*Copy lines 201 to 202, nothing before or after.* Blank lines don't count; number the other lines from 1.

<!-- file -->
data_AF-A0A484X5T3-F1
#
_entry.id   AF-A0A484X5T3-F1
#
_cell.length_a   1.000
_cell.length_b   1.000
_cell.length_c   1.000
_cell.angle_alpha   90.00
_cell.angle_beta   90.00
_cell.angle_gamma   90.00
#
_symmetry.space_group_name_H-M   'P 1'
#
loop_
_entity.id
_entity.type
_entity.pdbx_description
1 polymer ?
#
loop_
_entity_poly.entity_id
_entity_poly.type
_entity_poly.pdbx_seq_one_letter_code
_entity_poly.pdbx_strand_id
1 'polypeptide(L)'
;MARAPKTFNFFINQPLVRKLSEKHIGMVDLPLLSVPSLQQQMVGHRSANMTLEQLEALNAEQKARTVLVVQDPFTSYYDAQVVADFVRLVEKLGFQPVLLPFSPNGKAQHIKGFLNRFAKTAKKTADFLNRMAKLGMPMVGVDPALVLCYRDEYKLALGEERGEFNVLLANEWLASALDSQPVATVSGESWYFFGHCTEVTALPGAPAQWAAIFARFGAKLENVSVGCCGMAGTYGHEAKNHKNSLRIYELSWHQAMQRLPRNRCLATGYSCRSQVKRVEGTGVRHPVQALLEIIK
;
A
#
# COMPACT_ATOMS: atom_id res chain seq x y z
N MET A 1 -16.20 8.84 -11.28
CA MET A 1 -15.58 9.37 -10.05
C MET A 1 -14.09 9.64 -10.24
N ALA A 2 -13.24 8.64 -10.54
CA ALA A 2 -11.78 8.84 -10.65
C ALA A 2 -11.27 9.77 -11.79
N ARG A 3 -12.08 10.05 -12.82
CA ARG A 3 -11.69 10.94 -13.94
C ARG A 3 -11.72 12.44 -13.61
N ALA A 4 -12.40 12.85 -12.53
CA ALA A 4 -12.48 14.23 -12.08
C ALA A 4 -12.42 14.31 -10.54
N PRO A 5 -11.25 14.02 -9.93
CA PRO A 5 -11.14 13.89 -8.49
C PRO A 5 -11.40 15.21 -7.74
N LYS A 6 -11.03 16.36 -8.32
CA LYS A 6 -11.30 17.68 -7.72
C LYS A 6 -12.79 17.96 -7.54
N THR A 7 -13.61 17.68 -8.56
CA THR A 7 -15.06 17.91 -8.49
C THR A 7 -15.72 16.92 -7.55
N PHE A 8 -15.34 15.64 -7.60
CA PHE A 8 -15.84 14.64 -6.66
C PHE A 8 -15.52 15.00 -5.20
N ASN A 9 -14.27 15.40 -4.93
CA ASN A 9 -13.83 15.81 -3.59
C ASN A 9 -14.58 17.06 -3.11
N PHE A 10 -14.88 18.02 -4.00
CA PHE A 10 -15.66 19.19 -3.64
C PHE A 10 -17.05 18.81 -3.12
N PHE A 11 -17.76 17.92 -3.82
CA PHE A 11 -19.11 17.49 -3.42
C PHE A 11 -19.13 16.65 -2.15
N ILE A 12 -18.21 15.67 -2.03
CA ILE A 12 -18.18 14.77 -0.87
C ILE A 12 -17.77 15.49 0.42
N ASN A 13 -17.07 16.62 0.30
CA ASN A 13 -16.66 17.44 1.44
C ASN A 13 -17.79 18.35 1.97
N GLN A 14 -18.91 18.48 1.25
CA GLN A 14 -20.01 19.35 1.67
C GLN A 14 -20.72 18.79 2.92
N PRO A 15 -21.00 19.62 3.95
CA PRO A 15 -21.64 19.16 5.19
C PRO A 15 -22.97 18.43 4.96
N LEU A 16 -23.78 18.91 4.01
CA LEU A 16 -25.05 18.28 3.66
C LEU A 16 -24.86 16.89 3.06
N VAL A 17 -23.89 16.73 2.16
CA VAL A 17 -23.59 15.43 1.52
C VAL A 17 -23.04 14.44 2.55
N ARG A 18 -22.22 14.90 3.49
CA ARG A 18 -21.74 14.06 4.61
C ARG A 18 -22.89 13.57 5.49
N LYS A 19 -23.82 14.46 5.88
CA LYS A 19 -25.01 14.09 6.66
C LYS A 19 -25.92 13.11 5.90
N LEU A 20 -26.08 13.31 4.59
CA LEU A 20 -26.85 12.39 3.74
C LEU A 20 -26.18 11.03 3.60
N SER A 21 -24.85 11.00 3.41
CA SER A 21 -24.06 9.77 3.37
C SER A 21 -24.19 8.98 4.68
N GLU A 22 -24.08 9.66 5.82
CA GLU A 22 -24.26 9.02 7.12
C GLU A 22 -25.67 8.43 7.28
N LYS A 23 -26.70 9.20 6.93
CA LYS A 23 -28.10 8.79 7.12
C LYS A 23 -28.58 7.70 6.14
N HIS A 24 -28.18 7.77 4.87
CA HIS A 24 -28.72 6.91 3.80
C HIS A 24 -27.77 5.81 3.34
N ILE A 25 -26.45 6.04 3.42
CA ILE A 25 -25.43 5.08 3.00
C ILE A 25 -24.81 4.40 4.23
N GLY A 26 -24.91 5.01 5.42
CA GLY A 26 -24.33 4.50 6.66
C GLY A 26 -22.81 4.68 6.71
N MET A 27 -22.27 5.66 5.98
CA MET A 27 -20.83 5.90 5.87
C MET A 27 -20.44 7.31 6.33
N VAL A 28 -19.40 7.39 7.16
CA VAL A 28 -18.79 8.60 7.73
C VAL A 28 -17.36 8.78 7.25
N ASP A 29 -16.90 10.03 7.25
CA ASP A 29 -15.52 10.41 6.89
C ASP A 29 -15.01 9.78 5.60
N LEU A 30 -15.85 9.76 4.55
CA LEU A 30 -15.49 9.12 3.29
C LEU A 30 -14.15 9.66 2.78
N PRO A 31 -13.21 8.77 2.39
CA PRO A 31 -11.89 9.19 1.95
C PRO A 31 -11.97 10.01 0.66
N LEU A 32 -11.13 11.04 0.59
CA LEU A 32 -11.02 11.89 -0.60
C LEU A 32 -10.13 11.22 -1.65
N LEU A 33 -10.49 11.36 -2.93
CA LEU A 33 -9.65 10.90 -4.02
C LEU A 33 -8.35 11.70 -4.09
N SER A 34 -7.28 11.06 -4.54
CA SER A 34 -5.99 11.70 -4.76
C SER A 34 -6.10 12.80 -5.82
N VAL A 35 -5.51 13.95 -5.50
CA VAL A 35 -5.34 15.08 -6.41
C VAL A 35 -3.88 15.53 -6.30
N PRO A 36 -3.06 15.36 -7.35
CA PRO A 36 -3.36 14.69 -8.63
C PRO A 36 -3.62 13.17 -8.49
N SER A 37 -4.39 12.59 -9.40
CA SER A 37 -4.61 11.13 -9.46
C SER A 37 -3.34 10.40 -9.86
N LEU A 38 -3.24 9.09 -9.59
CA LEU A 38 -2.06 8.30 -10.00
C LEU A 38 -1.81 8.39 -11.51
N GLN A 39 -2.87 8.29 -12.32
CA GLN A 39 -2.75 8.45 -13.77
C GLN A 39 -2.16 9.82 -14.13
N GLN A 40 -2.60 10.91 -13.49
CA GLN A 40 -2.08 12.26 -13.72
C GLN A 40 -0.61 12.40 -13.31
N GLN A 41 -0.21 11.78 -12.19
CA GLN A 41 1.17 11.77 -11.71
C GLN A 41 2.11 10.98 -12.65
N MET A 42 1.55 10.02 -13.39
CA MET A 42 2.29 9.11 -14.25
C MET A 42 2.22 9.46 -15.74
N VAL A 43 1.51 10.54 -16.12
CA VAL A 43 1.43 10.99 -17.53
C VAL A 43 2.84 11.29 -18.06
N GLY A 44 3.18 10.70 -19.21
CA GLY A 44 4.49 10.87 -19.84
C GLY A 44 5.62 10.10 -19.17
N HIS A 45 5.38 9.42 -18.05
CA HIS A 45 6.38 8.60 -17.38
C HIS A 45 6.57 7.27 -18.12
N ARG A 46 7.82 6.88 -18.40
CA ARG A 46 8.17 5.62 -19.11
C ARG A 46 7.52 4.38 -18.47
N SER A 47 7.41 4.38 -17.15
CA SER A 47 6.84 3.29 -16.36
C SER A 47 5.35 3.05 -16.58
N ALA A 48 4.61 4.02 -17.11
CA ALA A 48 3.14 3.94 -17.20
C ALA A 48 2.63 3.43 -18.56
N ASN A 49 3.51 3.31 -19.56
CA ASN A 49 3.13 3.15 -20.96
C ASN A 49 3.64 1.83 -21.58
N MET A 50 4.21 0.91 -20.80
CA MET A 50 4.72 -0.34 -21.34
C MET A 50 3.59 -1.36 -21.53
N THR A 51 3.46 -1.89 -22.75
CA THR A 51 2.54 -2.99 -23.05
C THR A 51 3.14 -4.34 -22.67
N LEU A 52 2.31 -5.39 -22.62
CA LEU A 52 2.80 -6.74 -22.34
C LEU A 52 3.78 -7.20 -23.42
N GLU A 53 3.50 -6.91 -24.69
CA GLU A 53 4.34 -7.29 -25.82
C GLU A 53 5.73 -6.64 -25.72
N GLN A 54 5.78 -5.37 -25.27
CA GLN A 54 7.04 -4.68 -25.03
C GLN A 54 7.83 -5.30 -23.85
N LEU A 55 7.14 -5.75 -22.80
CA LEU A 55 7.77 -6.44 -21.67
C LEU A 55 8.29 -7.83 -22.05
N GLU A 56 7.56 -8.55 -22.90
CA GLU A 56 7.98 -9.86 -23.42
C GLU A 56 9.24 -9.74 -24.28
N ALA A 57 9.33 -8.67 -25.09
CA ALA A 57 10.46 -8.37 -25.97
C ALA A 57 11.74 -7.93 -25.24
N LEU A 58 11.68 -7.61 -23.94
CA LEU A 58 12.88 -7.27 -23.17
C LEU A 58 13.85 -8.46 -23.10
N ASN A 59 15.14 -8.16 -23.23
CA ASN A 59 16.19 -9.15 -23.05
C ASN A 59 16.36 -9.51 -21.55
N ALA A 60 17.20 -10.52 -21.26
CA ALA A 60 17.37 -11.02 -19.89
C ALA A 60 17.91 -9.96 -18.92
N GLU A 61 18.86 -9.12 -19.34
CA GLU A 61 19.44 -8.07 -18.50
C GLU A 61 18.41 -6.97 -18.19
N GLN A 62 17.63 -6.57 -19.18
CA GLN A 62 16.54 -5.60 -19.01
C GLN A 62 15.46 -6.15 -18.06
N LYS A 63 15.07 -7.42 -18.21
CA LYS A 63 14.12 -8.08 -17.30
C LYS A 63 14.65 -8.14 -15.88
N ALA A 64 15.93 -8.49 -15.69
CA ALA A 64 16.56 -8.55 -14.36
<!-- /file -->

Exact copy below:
C ALA A 57 11.74 -7.93 -25.24
N LEU A 58 11.68 -7.61 -23.94